Business as usual? Heating and cooling in the EU’s updated Renewable Energy Directive

By Duncan Gibb, Senior Advisor, Regulatory Assistance Project

On 28 June, a committee made up of members of European Parliament finally signed off on a new EU Renewable Energy Directive (RED III), the landmark law that aims to speed up the deployment of renewable energy across the EU. This paves the way for a final plenary vote in September and final rubber stamping from Member States after that. Once the Parliament and Council formally adopt the deal, it will replace 2018’s RED II.

The provisional political agreement reached back in March garnered plenty of media attention – in part because of last-minute political hold-ups to its formal signing off – but also for its increase to the headline target: the EU has now set itself on a binding path to double its share of renewables in final energy consumption by 2030, from 22 percent in 2020 to 42.5 percent. This is a large increase in ambition from the previous target of 32 percent. To achieve it, the share of renewables in heating and cooling, around half of the EU’s final energy consumption, should also reach around 43 percent by 2030.

However, despite overcoming weeks of political roadblocks to win over the Parliament’s Committee on Industry, Research and Energy on 28 June, the RED III agreement contains important, unresolved issues that hamper its effectiveness for renewable heating and cooling. Member States can fill these gaps with more ambitious efforts, but they must move quickly.

EU heating and cooling: RED struggles to ramp up ambition

RED II aimed to address heating and cooling by setting an indicative sub-target for Member States to gradually increase the use of renewables for purposes such as space heating and cooling, industrial process heat and more. The updated RED III is set to make this sub-target binding. Once it becomes law, each Member State must achieve an increase in its share of renewable heating and cooling: an annual 0.8 percentage point increase from 2021 to 2025 and 1.1 percentage points annually from 2026 to 2030. For example, if a country’s share is 20 percent in 2023, then it must be 20.8 percent in 2024.

This target falls short of putting Europe on a decarbonization pathway for heating in line with the bloc’s climate targets, however. RAP’s 2022 publication Metrics Matter explored the math behind the previous sub-target in detail. We found that the share of renewables in heating and cooling has been rising at around 0.6 percentage points per year over the previous decade. With renewables currently contributing 23% to heating and cooling, it puts the EU on track to only reach about 31 percent by 2030 under the current trajectory.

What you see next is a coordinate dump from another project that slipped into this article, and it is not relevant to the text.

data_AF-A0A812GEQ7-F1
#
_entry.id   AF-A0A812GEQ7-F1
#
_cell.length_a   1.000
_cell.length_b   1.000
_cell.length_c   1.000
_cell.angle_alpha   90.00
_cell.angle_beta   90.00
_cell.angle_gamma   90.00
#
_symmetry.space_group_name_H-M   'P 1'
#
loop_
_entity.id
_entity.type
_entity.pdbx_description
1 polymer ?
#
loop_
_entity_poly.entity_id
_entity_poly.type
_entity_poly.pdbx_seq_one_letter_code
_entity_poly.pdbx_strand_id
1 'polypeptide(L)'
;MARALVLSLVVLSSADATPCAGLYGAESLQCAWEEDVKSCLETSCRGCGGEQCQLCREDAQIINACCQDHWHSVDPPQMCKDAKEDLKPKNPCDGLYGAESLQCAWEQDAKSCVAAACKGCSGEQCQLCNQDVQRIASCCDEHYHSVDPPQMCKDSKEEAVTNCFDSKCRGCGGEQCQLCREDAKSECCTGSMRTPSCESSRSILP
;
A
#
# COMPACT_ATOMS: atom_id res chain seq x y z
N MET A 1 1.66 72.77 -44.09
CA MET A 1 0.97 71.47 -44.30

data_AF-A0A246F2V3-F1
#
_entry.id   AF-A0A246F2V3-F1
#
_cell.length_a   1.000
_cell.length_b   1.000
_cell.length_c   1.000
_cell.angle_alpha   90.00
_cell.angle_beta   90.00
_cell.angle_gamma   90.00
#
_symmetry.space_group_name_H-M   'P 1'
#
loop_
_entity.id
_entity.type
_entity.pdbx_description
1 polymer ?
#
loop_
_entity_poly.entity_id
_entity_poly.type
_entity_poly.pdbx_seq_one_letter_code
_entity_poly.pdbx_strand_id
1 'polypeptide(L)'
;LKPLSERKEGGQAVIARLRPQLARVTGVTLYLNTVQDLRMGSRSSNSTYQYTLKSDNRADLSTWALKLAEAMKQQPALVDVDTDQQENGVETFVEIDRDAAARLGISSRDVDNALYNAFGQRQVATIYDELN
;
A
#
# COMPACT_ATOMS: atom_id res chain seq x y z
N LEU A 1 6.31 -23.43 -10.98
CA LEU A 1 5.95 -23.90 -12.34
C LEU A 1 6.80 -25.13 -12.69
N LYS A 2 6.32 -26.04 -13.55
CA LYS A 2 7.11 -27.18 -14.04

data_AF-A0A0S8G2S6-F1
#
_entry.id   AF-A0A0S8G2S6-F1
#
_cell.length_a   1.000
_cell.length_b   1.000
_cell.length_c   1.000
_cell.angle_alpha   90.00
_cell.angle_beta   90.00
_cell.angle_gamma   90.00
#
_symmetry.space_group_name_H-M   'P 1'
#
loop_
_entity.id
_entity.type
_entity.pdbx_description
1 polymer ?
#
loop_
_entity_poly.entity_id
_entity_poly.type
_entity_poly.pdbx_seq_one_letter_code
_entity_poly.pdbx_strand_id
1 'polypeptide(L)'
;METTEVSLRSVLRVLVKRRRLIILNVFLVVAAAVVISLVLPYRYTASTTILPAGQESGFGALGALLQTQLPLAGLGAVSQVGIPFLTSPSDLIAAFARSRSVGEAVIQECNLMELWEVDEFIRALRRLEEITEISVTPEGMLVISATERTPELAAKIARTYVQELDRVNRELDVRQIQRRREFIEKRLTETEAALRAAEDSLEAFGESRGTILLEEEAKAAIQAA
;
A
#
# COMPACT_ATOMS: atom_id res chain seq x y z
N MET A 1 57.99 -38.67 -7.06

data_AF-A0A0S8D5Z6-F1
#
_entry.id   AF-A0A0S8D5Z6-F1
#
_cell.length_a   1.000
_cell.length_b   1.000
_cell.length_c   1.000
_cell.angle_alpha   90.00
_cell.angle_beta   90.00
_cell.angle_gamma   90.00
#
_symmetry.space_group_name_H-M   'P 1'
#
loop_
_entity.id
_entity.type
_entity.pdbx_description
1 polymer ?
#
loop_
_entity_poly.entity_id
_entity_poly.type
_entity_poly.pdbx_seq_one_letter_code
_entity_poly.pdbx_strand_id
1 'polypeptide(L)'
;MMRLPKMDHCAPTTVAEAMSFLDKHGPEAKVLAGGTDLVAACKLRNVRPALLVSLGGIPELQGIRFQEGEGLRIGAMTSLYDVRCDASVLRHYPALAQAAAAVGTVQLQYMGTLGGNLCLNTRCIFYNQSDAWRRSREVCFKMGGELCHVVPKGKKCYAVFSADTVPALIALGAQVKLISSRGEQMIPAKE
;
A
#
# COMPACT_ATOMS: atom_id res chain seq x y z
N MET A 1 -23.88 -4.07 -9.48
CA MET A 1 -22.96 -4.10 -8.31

Unfortunately, RED III’s binding targets do little more than follow this existing, business-as-usual path, as shown in the figure below. Our calculations show that if the EU achieves the bare minimum percentage-point increases outlined in the RED III, it will still only reach a renewable share of 32 percent in heating and cooling by 2030, just above the status quo trajectory of 31 percent. In other words, the EU has set itself a target that it can achieve while continuing with business as usual.

Although the picture may look different when broken down by Member State, as the binding targets apply to each country individually, RAP calculations show that an increase of at least 2.0 percentage points annually – starting in 2020 – would be necessary to achieve a level high enough to reach the RED III headline target.

Consider an application where you need 100 units of heat. A 50 percent efficient furnace would need 200 units of biomass to produce this heat. Yet, those 200 units of biomass are counted as “renewable energy consumption.” While in the case of an electric heat pump with an efficiency of 300 percent (the coefficient of performance is 3), the 100 units of heat could be produced using only 33 units of electricity and 67 units of ambient heat. Previously, RED II only counted the 67 units of ambient heat towards the renewable energy target; the 33 units of electricity – even if it came from renewable sources – did not count. Counterproductively, this punishes heat pumps for being efficient by undervaluing their contribution to the renewable energy target.

Member States have important tools to hand

Fortunately, RED III seems to have addressed the calculation methodology issue. It now considers renewable electricity used for EU heating and cooling as contributing to the target if devices have an efficiency above 100%. This tricky wording avoids crediting inefficient electric resistance heaters with a renewable energy contribution.

What still remains unresolved, however, is the failure to fully value electrification technologies. The least-efficient devices are still credited with producing the most renewable heat. Efficient devices such as heat pumps have received a small boost under RED III, but combustion technologies retain a serious advantage and are likely to be further deployed to help meet EU Member States’ binding renewable heating and cooling targets.

Although it is now too late to adjust the RED III text, Member States can nevertheless ensure that the right incentives are in place at national level to encourage efficient heating systems over inefficient combustion. That means easing permitting, investing in skills and manufacturing, providing targeted support to low-income households and rebalancing taxes and levies from electricity onto fossil fuels.

A version of this article originally appeared on Energy Monitor.



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